Tips for backpacking with kids

backpacking kids title imageIn my infinite wisdom I decided that taking the boys backpacking around the south coast of the UK this summer would be an absolutely fantastic idea. It would be an amazing experience for them, travelling without the car and carrying our entire kit with us. It would be character building, great exercise and a brilliant opportunity for us to spend some real quality time together as a family.

I spent months planning every little detail of our trip. Trains, buses, coach trips, sea fishing boats, theme parks, city tours… it was going to be an incredibly busy week and we were going to make some wonderful memories!

The day arrived for us to pack a weeks worth of ‘stuff’ into two large rucksacks and two kids backpacks. I think that’s the point it suddenly hit me, as I realised that what we were about to do was something nobody would do unless they had taken leave of their senses. It’s no wonder I struggled to find any advice online when I googled ‘backpacking with kids’. I should’ve known then.

Not one to be easily deterred, I insisted to my rather dubious husband that we should press on with our original plan and leave the car at home. We’d spent a fair bit of money on pre-paid public transport and I wasn’t about to be defeated by a big bag full of equipment.

I’ll be writing more about how our trip went over the coming weeks, but this post is for tips and so without further ado here are five things to consider when planning to backpack with children.

1 How much clothing do you need to take?

For six days backpacking I packed 2 pairs of trousers, 2 t-shirts and one hoodie for each of the boys. They also had 6 pairs of boxers and 6 pairs of socks each, which they carried in their own bags. To be honest, I think we were about right to take what we did – we stayed on proper campsites all week and a couple of those had laundry facilities which I made use of – my kids manage to get their clothes filthy when they’re sat completely still, so the two changes of clothes (plus what they wore when we set off) was just right.

2 What cooking equipment do you need?

We took a single gas burner, four mess tins and a cutlery set each and that was adequate. We only used them twice though, choosing to buy ready made food or eat out on the other nights.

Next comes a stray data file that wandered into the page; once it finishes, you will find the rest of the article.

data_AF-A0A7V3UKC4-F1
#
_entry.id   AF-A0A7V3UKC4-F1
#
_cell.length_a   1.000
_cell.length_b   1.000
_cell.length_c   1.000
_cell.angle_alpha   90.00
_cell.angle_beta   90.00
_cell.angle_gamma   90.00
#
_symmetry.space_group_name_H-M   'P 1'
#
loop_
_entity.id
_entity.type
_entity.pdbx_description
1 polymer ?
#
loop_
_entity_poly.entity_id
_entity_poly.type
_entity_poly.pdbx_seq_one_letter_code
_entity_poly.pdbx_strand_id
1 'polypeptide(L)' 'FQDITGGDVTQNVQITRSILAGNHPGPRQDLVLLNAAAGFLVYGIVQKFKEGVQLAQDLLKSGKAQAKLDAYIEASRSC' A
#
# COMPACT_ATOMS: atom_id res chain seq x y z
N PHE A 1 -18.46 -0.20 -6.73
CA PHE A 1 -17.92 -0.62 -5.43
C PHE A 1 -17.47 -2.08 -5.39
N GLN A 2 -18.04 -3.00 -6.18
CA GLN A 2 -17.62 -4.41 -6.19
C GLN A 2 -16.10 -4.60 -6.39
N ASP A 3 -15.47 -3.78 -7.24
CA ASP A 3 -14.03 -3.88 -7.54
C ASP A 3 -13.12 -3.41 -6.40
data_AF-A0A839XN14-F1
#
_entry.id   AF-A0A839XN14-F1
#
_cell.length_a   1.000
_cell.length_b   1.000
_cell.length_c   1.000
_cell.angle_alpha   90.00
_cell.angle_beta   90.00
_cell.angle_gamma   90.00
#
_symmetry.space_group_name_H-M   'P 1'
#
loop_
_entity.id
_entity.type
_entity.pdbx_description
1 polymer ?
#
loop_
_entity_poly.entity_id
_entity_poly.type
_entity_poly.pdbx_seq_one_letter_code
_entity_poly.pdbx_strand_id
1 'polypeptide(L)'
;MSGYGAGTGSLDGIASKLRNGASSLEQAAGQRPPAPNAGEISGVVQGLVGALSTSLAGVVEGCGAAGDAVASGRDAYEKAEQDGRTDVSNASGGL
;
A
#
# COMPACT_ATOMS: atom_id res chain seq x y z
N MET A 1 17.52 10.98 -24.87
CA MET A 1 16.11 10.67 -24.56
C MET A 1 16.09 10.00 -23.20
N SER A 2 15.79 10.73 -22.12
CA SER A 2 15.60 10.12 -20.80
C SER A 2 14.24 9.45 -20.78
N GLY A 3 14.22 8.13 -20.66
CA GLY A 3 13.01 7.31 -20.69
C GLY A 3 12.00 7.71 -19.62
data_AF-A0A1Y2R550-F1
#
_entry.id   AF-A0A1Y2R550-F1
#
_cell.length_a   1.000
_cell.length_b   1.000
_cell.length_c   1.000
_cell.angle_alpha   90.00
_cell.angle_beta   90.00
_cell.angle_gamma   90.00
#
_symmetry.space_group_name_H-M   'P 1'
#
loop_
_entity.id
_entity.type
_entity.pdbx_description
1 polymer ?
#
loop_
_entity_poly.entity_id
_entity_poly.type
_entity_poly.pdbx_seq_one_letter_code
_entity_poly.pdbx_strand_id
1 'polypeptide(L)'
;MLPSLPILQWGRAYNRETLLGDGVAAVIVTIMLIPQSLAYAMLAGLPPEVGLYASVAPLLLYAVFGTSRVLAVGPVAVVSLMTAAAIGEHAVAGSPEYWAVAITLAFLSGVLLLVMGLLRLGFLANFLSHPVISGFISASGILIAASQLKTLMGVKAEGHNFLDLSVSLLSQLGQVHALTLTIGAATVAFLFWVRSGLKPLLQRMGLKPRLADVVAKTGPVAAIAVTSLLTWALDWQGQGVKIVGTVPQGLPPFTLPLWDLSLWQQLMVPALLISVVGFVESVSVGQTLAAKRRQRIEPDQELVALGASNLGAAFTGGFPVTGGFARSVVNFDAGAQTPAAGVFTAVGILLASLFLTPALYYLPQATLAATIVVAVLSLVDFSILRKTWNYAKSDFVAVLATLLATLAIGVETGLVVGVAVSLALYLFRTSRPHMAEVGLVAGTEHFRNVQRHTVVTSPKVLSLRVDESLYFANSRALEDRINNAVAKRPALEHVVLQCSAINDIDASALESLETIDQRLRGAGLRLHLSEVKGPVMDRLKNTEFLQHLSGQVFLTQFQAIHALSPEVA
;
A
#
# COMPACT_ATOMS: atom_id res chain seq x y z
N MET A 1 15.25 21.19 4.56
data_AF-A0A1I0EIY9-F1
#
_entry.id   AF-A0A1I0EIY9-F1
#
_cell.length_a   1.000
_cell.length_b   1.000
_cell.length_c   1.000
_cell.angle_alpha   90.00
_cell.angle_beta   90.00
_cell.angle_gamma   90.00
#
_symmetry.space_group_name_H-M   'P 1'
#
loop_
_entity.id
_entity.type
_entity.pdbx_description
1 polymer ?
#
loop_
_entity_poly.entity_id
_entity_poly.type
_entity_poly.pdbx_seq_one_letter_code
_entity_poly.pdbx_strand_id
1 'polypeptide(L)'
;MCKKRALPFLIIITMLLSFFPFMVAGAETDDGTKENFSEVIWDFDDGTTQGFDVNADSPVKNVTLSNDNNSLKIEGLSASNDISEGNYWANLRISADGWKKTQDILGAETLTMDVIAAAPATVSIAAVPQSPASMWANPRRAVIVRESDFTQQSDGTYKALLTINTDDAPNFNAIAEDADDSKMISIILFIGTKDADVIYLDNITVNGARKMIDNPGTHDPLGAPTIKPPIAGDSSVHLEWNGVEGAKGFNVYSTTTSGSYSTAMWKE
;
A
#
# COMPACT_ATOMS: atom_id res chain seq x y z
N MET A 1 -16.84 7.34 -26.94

3 How much will the children be able to carry?

My youngest son turned five while we were away and my older son is seven, and they carried quite a few things of their own all week. In their bags they had:

  • mess tin
  • cutlery
  • slanket
  • underwear
  • socks
  • towel
  • beaker

The seven year old carried his bag all the time, though the five year old did take it off and give it to poor old dad quite often. I don’t think it was too heavy for him though, rather he just didn’t fancy wearing his backpack in the sun! Be sure not to over pack children’s bags because too much weight isn’t good for their little bodies, nor will it make for an enjoyable holiday

4 How far will you walk?

We walked approximately 40 miles over the course of the week, which included walking around the towns and cities we visited as well as getting to and from camp sites etc. There was no hiking or hill walking, just flat walking at a fairly slow pace. The kids actually didn’t complain once and although 40 miles sounds like a lot it really didn’t feel it to our children. They do play a lot of football and are outdoors every day, so consider your child’s regular level of exercise when planning how far you’ll be travelling on foot.

5 Is it worth it?

What do you actually want from your family backpacking trip? Can you do the same thing in a cheaper or easier way – and do you want to? It would have been a lot cheaper for us to take the car and drive our journey, but then we wouldn’t have the treasured memories of running for the train and the friendly, helpful conductor or taking in the spectacular views of the Jurassic Coast from the top deck of a bus. We wouldn’t have walked through Salisbury to get to our camp site and we’d have missed all the beautiful city has to offer.

So you really have to weigh up whether backpacking is right for you, and if it’s right for you at the moment. If we were to do it again, I would probably wait until the boys are older and can carry more of their own belongings and equipment because for both me and my husband, the weight of the bags was a negative of the holiday.

If you do decide to go – or you’ve already backpacked with young children – I would REALLY love to hear all about it!

Happy holidays!

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